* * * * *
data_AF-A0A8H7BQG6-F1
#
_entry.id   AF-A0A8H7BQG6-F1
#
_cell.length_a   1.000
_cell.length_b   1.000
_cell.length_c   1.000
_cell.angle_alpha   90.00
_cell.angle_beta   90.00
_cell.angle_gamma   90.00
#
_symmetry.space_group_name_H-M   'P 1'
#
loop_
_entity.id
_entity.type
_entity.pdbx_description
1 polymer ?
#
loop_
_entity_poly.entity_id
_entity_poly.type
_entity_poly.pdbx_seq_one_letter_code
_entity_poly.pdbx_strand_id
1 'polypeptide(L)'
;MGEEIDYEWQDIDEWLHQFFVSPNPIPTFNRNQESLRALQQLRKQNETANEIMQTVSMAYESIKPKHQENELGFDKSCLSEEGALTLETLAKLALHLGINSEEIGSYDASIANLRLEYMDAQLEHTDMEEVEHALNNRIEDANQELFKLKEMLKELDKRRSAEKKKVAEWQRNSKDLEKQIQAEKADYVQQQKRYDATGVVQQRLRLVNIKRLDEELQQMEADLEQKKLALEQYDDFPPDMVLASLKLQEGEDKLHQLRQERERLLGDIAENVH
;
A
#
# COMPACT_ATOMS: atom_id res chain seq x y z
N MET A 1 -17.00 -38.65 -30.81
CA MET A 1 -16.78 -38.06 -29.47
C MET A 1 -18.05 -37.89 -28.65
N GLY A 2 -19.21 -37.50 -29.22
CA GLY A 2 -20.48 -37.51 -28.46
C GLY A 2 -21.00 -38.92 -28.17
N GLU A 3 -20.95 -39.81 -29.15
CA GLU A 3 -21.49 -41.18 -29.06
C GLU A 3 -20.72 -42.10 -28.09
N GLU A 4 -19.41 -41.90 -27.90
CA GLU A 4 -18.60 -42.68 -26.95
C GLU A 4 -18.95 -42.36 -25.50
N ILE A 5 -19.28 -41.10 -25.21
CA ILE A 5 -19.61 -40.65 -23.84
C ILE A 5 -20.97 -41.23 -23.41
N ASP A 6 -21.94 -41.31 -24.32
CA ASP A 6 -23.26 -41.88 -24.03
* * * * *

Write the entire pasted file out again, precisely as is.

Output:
data_AF-A0A8H7BQG6-F1
#
_entry.id   AF-A0A8H7BQG6-F1
#
_cell.length_a   1.000
_cell.length_b   1.000
_cell.length_c   1.000
_cell.angle_alpha   90.00
_cell.angle_beta   90.00
_cell.angle_gamma   90.00
#
_symmetry.space_group_name_H-M   'P 1'
#
loop_
_entity.id
_entity.type
_entity.pdbx_description
1 polymer ?
#
loop_
_entity_poly.entity_id
_entity_poly.type
_entity_poly.pdbx_seq_one_letter_code
_entity_poly.pdbx_strand_id
1 'polypeptide(L)'
;MGEEIDYEWQDIDEWLHQFFVSPNPIPTFNRNQESLRALQQLRKQNETANEIMQTVSMAYESIKPKHQENELGFDKSCLSEEGALTLETLAKLALHLGINSEEIGSYDASIANLRLEYMDAQLEHTDMEEVEHALNNRIEDANQELFKLKEMLKELDKRRSAEKKKVAEWQRNSKDLEKQIQAEKADYVQQQKRYDATGVVQQRLRLVNIKRLDEELQQMEADLEQKKLALEQYDDFPPDMVLASLKLQEGEDKLHQLRQERERLLGDIAENVH
;
A
#
# COMPACT_ATOMS: atom_id res chain seq x y z
N MET A 1 -17.00 -38.65 -30.81
CA MET A 1 -16.78 -38.06 -29.47
C MET A 1 -18.05 -37.89 -28.65
N GLY A 2 -19.21 -37.50 -29.22
CA GLY A 2 -20.48 -37.51 -28.46
C GLY A 2 -21.00 -38.92 -28.17
N GLU A 3 -20.95 -39.81 -29.15
CA GLU A 3 -21.49 -41.18 -29.06
C GLU A 3 -20.72 -42.10 -28.09
N GLU A 4 -19.41 -41.90 -27.90
CA GLU A 4 -18.60 -42.68 -26.95
C GLU A 4 -18.95 -42.36 -25.50
N ILE A 5 -19.28 -41.10 -25.21
CA ILE A 5 -19.61 -40.65 -23.84
C ILE A 5 -20.97 -41.23 -23.41
N ASP A 6 -21.94 -41.31 -24.32
CA ASP A 6 -23.26 -41.88 -24.03